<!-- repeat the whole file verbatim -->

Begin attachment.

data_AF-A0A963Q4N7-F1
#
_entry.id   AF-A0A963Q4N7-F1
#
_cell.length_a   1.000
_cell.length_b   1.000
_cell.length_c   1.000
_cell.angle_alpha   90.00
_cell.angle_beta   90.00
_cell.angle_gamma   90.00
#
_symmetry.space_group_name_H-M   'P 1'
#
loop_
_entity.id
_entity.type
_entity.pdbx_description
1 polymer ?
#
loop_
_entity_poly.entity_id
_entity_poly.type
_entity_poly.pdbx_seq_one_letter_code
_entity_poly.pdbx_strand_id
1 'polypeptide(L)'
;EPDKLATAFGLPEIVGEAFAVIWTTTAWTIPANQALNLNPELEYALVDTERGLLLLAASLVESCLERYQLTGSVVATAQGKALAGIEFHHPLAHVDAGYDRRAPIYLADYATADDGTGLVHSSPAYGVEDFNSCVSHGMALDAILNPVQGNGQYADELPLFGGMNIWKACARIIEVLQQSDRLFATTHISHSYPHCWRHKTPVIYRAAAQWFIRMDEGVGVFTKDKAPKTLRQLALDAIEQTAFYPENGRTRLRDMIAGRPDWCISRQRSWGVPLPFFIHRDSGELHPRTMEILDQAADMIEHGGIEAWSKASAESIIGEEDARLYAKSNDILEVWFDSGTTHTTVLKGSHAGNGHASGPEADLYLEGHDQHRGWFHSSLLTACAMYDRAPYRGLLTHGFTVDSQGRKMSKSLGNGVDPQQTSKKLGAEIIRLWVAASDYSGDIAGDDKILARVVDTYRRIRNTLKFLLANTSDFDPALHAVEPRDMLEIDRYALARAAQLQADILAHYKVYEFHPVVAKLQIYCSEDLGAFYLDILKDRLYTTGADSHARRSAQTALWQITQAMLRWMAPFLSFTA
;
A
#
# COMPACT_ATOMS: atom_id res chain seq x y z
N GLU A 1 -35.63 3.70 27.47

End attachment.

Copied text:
data_AF-A0A963Q4N7-F1
#
_entry.id   AF-A0A963Q4N7-F1
#
_cell.length_a   1.000
_cell.length_b   1.000
_cell.length_c   1.000
_cell.angle_alpha   90.00
_cell.angle_beta   90.00
_cell.angle_gamma   90.00
#
_symmetry.space_group_name_H-M   'P 1'
#
loop_
_entity.id
_entity.type
_entity.pdbx_description
1 polymer ?
#
loop_
_entity_poly.entity_id
_entity_poly.type
_entity_poly.pdbx_seq_one_letter_code
_entity_poly.pdbx_strand_id
1 'polypeptide(L)'
;EPDKLATAFGLPEIVGEAFAVIWTTTAWTIPANQALNLNPELEYALVDTERGLLLLAASLVESCLERYQLTGSVVATAQGKALAGIEFHHPLAHVDAGYDRRAPIYLADYATADDGTGLVHSSPAYGVEDFNSCVSHGMALDAILNPVQGNGQYADELPLFGGMNIWKACARIIEVLQQSDRLFATTHISHSYPHCWRHKTPVIYRAAAQWFIRMDEGVGVFTKDKAPKTLRQLALDAIEQTAFYPENGRTRLRDMIAGRPDWCISRQRSWGVPLPFFIHRDSGELHPRTMEILDQAADMIEHGGIEAWSKASAESIIGEEDARLYAKSNDILEVWFDSGTTHTTVLKGSHAGNGHASGPEADLYLEGHDQHRGWFHSSLLTACAMYDRAPYRGLLTHGFTVDSQGRKMSKSLGNGVDPQQTSKKLGAEIIRLWVAASDYSGDIAGDDKILARVVDTYRRIRNTLKFLLANTSDFDPALHAVEPRDMLEIDRYALARAAQLQADILAHYKVYEFHPVVAKLQIYCSEDLGAFYLDILKDRLYTTGADSHARRSAQTALWQITQAMLRWMAPFLSFTA
;
A
#
# COMPACT_ATOMS: atom_id res chain seq x y z
N GLU A 1 -35.63 3.70 27.47